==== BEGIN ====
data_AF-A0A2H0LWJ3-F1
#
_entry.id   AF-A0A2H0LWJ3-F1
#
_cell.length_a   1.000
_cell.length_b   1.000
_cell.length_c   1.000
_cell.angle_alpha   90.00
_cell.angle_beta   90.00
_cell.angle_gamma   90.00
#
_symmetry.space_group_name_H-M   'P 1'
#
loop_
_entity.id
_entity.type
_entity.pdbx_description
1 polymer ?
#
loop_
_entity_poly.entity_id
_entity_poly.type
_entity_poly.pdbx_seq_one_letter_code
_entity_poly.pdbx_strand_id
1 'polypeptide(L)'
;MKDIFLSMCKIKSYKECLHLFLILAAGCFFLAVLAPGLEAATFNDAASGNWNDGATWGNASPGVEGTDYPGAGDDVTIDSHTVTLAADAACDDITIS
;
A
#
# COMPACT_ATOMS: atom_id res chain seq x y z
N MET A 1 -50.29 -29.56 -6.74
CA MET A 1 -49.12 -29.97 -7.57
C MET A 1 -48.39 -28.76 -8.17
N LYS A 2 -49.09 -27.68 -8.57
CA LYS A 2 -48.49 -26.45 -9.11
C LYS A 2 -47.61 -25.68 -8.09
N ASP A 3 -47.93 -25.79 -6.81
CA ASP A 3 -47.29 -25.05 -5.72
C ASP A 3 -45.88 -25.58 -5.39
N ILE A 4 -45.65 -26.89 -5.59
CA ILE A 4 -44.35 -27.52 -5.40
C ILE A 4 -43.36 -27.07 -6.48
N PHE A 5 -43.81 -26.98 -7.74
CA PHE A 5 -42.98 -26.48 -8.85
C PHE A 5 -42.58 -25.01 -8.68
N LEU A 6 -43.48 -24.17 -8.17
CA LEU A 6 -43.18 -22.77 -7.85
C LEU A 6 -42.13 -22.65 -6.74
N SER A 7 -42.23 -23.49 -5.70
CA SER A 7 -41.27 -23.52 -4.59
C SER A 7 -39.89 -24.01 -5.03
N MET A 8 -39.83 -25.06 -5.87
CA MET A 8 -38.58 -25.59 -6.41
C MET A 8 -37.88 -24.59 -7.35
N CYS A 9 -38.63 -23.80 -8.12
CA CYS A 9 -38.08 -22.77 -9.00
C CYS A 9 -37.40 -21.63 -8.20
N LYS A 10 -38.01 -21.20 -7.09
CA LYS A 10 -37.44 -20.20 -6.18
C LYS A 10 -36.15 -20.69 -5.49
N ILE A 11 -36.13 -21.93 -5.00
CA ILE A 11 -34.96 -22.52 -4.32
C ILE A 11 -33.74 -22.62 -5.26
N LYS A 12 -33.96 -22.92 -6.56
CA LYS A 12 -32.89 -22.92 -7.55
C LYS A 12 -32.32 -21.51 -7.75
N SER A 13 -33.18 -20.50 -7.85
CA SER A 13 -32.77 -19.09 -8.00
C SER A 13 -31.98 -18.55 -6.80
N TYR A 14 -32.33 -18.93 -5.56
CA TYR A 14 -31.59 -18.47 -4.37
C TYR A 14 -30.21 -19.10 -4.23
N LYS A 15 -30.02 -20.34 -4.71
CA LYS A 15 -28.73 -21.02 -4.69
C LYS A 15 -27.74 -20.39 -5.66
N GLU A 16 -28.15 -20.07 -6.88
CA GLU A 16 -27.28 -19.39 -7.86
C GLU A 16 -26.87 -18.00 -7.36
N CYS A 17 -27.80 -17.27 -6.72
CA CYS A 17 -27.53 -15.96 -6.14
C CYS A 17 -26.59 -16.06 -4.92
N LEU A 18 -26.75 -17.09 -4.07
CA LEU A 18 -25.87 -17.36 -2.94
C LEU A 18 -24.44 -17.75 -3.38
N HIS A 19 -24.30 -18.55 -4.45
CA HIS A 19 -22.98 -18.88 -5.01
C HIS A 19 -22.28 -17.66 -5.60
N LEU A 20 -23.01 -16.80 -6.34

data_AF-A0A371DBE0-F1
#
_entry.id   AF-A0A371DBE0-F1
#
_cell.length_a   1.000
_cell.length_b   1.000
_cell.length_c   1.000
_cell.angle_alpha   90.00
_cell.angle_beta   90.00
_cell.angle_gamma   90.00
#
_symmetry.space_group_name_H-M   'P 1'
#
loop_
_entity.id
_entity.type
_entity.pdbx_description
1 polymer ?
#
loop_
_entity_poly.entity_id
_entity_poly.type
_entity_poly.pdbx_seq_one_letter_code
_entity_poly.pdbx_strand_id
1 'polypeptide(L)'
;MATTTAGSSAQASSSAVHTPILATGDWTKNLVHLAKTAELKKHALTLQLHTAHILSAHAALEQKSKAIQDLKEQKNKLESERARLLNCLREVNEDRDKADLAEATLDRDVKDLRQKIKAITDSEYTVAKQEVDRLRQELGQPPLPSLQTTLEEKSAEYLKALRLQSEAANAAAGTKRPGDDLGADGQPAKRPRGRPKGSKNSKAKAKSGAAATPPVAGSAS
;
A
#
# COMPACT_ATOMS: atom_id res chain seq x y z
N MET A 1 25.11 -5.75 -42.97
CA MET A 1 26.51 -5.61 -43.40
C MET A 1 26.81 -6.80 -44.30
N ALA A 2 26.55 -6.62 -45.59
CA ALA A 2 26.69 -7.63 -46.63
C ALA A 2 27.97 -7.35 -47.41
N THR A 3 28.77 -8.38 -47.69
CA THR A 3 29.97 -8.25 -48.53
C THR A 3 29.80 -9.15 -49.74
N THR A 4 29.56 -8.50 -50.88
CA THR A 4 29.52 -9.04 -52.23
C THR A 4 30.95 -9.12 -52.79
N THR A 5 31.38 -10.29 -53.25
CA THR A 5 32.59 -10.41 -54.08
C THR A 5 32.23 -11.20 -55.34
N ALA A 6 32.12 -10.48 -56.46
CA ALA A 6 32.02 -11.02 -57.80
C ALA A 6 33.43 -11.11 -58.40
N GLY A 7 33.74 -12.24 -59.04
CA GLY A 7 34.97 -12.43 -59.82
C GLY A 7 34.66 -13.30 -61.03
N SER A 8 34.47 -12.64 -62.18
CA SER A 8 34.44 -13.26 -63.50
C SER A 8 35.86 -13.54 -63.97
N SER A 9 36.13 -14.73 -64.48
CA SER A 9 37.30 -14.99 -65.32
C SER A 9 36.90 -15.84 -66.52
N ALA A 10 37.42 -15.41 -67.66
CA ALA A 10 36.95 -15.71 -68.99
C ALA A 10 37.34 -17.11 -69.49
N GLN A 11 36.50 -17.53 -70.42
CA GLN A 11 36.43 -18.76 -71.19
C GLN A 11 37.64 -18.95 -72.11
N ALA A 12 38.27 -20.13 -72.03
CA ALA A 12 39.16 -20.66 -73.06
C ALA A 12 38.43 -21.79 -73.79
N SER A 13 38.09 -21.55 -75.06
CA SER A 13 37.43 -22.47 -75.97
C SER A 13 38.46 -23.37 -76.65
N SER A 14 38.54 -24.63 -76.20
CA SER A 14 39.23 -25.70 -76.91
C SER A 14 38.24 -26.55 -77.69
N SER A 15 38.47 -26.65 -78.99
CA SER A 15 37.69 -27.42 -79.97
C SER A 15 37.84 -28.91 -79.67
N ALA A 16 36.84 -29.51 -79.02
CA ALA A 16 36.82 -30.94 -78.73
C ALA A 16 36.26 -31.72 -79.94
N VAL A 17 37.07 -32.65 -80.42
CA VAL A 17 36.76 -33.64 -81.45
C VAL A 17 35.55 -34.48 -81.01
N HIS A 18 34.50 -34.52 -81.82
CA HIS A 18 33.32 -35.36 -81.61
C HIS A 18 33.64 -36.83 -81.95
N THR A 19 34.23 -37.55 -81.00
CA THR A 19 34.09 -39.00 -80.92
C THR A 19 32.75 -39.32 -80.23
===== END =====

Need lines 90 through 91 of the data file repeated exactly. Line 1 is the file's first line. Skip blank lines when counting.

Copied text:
#
_entry.id   AF-A0A371DBE0-F1